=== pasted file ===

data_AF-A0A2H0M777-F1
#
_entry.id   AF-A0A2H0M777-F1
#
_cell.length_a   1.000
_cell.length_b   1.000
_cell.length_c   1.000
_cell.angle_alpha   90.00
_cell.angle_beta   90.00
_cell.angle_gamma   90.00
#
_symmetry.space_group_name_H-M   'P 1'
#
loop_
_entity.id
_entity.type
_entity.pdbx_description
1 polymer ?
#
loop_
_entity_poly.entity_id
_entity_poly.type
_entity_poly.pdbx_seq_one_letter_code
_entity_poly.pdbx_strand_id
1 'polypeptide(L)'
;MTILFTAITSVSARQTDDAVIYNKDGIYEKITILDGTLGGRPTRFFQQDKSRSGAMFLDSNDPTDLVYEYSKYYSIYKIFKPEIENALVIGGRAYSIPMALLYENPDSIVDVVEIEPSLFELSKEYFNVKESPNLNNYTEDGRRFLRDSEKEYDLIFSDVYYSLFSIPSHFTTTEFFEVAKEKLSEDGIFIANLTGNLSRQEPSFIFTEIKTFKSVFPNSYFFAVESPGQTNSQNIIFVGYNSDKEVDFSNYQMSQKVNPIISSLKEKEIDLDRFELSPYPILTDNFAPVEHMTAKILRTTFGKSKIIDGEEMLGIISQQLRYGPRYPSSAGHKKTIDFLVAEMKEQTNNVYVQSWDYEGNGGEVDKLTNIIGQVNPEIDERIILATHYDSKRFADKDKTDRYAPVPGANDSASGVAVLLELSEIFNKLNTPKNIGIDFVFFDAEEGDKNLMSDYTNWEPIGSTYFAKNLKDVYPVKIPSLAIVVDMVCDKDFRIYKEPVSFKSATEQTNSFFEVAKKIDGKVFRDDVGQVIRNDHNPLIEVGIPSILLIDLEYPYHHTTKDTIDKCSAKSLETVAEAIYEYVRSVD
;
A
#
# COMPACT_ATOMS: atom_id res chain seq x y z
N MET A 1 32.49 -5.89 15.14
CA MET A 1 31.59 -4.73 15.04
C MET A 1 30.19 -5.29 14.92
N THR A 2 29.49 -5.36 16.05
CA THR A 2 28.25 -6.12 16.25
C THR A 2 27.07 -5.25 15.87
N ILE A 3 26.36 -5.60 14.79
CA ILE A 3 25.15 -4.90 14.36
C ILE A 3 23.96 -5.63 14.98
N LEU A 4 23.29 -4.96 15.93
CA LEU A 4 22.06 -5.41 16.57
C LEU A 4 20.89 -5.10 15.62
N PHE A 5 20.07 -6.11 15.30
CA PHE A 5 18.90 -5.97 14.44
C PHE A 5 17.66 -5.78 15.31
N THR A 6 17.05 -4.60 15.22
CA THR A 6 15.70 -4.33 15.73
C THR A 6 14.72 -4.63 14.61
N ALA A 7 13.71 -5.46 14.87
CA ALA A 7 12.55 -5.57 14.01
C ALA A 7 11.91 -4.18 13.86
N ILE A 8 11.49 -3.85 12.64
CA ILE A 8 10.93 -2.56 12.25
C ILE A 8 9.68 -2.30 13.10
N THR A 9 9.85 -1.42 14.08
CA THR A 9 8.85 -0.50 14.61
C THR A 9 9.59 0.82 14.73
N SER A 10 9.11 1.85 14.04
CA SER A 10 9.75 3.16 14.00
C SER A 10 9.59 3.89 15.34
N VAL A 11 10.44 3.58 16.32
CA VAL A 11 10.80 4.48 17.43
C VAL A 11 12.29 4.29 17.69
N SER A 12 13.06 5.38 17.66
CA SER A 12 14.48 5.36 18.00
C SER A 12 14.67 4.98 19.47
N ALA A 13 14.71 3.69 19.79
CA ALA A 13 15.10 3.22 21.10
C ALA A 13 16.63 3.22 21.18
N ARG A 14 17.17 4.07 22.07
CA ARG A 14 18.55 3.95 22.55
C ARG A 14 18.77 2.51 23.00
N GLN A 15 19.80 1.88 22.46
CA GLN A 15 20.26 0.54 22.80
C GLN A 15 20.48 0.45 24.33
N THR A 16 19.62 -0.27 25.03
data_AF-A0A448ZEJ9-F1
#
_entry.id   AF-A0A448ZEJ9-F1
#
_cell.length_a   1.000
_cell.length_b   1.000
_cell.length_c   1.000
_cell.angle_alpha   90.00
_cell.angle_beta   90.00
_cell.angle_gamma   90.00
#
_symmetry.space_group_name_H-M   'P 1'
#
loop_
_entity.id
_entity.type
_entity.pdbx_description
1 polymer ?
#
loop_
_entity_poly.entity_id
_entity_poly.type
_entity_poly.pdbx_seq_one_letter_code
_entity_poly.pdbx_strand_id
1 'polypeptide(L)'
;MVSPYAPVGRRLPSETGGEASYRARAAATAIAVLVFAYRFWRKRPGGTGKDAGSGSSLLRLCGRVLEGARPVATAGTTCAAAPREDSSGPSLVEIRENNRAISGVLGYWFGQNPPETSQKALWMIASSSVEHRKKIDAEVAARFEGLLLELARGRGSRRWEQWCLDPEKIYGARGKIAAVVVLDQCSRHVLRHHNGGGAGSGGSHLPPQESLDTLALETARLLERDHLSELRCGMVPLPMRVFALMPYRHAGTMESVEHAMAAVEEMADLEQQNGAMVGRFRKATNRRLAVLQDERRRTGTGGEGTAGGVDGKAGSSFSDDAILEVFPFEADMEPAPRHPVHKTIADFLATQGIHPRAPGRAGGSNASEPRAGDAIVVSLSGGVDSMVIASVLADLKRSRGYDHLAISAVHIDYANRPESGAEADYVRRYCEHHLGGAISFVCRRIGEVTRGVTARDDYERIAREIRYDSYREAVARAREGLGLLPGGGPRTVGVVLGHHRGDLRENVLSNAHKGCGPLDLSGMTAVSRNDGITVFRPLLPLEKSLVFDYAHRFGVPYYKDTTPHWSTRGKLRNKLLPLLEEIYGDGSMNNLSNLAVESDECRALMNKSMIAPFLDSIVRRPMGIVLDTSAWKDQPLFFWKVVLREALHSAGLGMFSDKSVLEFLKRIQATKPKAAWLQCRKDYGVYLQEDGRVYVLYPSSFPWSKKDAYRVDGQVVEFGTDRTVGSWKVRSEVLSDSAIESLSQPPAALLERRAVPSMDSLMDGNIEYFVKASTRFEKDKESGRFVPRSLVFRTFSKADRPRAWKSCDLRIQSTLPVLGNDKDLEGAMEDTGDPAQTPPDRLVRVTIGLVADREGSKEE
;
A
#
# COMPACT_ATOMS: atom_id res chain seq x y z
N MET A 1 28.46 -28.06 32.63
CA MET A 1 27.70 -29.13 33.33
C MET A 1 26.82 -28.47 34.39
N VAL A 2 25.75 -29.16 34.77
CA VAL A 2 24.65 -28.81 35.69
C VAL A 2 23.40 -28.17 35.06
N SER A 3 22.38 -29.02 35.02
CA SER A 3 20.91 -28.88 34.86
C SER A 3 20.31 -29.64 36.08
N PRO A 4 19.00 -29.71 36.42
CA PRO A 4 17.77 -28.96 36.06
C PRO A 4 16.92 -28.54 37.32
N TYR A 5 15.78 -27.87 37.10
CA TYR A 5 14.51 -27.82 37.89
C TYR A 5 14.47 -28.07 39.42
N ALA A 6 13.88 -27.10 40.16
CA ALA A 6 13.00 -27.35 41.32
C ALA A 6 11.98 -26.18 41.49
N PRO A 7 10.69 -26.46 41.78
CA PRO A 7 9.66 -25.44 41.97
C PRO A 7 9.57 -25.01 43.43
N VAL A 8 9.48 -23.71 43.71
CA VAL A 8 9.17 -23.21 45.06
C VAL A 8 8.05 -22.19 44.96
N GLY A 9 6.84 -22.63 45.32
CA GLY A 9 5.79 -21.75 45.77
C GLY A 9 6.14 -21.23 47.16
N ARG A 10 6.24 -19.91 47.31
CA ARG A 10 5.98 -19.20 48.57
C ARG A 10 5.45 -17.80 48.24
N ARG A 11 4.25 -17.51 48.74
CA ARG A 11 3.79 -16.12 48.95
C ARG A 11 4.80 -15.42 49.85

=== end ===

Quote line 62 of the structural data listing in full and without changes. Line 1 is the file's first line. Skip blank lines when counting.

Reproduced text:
CA VAL A 11 10.80 4.48 17.43